Kate MacDowell

Crystal Morey

James Tisdale

Ted Vogel

Patti Warashina

Stan Welsh

Mary Cale A. Wilson

SCRIPPS SENIOR EXHIBITION

Rachel Edwards ’10 with her work at the Senior Exhibition.

MAY 1 – MAY 16, 2020
Opening: May 1, 7-9 p.m.

The Senior Art Show is a cornerstone of the studio art major at Scripps and the projects on display have been in production over the course of the past year. In addition to producing the works displayed, seniors conceptualize the show, install their pieces, write artist statements, and design publicity for the exhibition. Works are displayed in the gallery for two weeks, through the end of commencement, from May 1st through May16th. An opening reception will be held at the gallery from 7 to 9 pm on Friday, May 1st. The reception and exhibition are free and open to the public.

The gallery is open from Wednesday through Sunday, noon to 5 pm, during exhibitions. For more information, please call (909) 607-3397.

ART BITES

Short Lunchtime Talks on Individual Works in the Collection

Schedule for 2019 – 2020 to be announced.

Hosted by Meher McArthur
Gabrielle Jungels-Winkler Curator of Academic Programs and Collections

Meher McArthur will give a series of 15-minute lunchtime talks, each focusing on an art object in the College’s collection of over 11,000 works. McArthur will spotlight a work at each talk. Some are modern pieces that reflect evolving artistic forms and styles, while others are survivors of fallen civilizations that carry memories of ancient cultures. In these brief art talks, she will demonstrate how art has served as containers of cultural information, documenting social traditions, scientific technology, religious beliefs and economic trends.

Lectures

Lectures are made possible by the Aoki Endowment, Clark and Harper Funds at Scripps, and WorldBridge Art, Inc.  

September 7
Dr. Kathleen Ryor
Tanaka Memorial Professor of International Understanding and Art History, Carleton College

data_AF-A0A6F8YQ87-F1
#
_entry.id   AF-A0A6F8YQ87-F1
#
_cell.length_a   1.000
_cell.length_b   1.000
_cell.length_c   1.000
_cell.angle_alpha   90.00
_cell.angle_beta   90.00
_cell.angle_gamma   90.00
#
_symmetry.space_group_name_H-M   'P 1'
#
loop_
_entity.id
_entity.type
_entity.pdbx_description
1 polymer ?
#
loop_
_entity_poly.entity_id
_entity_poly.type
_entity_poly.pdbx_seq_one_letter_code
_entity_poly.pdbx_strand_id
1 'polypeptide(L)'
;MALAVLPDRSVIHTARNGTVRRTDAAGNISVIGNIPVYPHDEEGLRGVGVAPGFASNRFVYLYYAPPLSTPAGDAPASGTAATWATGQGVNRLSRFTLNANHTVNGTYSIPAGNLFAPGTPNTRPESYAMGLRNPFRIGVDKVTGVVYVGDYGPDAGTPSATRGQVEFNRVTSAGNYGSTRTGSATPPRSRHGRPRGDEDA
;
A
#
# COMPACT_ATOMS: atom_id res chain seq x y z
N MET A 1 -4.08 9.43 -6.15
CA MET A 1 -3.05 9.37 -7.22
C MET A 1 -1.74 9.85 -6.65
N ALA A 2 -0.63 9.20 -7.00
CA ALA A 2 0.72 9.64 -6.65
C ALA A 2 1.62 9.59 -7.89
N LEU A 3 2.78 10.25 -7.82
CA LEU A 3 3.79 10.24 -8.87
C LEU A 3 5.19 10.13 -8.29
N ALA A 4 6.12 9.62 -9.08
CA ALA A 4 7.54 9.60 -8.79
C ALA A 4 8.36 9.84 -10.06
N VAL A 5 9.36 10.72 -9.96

“Style, Meaning and Function in Traditional Chinese Painting:
Case Studies from the Scripps Collection”
Vita Nova Hall, 4–5 p.m.
In conjunction with the exhibition, Asian Art Treasures at Scripps College.

September 24
Christopher Gray
Geotechnics USA, Inc.
“Capturing Architecture: A Personal History”
Steele 101, 7 p.m.

September 30
Dr. Ken Brown
Professor of Asian Art History, California State University Long Beach
“Music for the Eyes:
The Worlds of Japanese Sheet Music Cover Design, 1905–1950”
Vita Nova Hall, 7–8 p.m.

October 14
Dr. Alice Tseng
Professor of History of Art and Architecture of Japan, Boston University
“Modern Kyoto”
Vita Nova Hall, 7–8 p.m.

Kyoto for 1000 years had been Japan’s imperial capital, but in 1868 the Meiji Emperor moved to Tokyo. The old city needed to revitalize its social and economic conditions to become modern while retaining its traditions. Alice Tseng will describe the extraordinary efforts to change the culture of Kyoto in the 19th and 20thcenturies. Her book, “Modern Kyoto: Building for Ceremony and Commemoration 1868-1940,” was recently published.

October 28
Dr. Robert Mintz
Deputy Director, Asian Art Museum, San Francisco
“Metal Artworks during the Meiji Period”
Vita Nova Hall, 7–8 p.m.